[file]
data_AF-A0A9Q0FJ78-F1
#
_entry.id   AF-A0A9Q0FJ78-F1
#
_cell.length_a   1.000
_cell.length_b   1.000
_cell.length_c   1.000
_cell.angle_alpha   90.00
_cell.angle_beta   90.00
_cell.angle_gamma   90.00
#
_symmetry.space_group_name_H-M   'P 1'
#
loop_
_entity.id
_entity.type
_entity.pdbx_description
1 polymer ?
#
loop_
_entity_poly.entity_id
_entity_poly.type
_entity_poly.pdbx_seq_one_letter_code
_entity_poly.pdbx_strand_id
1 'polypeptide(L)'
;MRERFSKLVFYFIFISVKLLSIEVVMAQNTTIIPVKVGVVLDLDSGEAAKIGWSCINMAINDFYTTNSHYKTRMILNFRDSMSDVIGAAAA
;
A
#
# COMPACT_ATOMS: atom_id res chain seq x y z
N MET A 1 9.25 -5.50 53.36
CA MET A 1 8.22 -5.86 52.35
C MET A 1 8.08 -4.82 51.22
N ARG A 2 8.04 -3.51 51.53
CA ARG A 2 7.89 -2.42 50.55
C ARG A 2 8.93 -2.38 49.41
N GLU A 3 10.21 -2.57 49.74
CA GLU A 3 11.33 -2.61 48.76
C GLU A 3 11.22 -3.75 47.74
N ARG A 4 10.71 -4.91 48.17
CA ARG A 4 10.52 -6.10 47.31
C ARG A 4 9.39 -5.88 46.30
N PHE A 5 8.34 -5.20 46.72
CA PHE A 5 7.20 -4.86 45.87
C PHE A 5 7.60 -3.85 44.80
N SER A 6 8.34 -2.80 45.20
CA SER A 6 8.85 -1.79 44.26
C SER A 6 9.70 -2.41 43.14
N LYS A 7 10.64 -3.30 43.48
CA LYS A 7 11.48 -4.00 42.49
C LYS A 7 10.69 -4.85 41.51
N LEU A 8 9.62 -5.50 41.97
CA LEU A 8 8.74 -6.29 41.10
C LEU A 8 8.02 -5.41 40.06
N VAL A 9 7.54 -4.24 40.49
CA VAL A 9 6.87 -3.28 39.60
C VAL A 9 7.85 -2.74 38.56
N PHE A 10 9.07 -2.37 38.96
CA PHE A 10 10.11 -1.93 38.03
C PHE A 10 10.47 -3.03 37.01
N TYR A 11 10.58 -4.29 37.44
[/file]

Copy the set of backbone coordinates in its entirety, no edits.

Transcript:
data_AF-A0A9Q0FJ78-F1
#
_entry.id   AF-A0A9Q0FJ78-F1
#
_cell.length_a   1.000
_cell.length_b   1.000
_cell.length_c   1.000
_cell.angle_alpha   90.00
_cell.angle_beta   90.00
_cell.angle_gamma   90.00
#
_symmetry.space_group_name_H-M   'P 1'
#
loop_
_entity.id
_entity.type
_entity.pdbx_description
1 polymer ?
#
loop_
_entity_poly.entity_id
_entity_poly.type
_entity_poly.pdbx_seq_one_letter_code
_entity_poly.pdbx_strand_id
1 'polypeptide(L)'
;MRERFSKLVFYFIFISVKLLSIEVVMAQNTTIIPVKVGVVLDLDSGEAAKIGWSCINMAINDFYTTNSHYKTRMILNFRDSMSDVIGAAAA
;
A
#
# COMPACT_ATOMS: atom_id res chain seq x y z
N MET A 1 9.25 -5.50 53.36
CA MET A 1 8.22 -5.86 52.35
C MET A 1 8.08 -4.82 51.22
N ARG A 2 8.04 -3.51 51.53
CA ARG A 2 7.89 -2.42 50.55
C ARG A 2 8.93 -2.38 49.41
N GLU A 3 10.21 -2.57 49.74
CA GLU A 3 11.33 -2.61 48.76
C GLU A 3 11.22 -3.75 47.74
N ARG A 4 10.71 -4.91 48.17
CA ARG A 4 10.52 -6.10 47.31
C ARG A 4 9.39 -5.88 46.30
N PHE A 5 8.34 -5.20 46.72
CA PHE A 5 7.20 -4.86 45.87
C PHE A 5 7.60 -3.85 44.80
N SER A 6 8.34 -2.80 45.20
CA SER A 6 8.85 -1.79 44.26
C SER A 6 9.70 -2.41 43.14
N LYS A 7 10.64 -3.30 43.48
CA LYS A 7 11.48 -4.00 42.49
C LYS A 7 10.69 -4.85 41.51
N LEU A 8 9.62 -5.50 41.97
CA LEU A 8 8.74 -6.29 41.10
C LEU A 8 8.02 -5.41 40.06
N VAL A 9 7.54 -4.24 40.49
CA VAL A 9 6.87 -3.28 39.60
C VAL A 9 7.85 -2.74 38.56
N PHE A 10 9.07 -2.37 38.96
CA PHE A 10 10.11 -1.93 38.03
C PHE A 10 10.47 -3.03 37.01
N TYR A 11 10.58 -4.29 37.44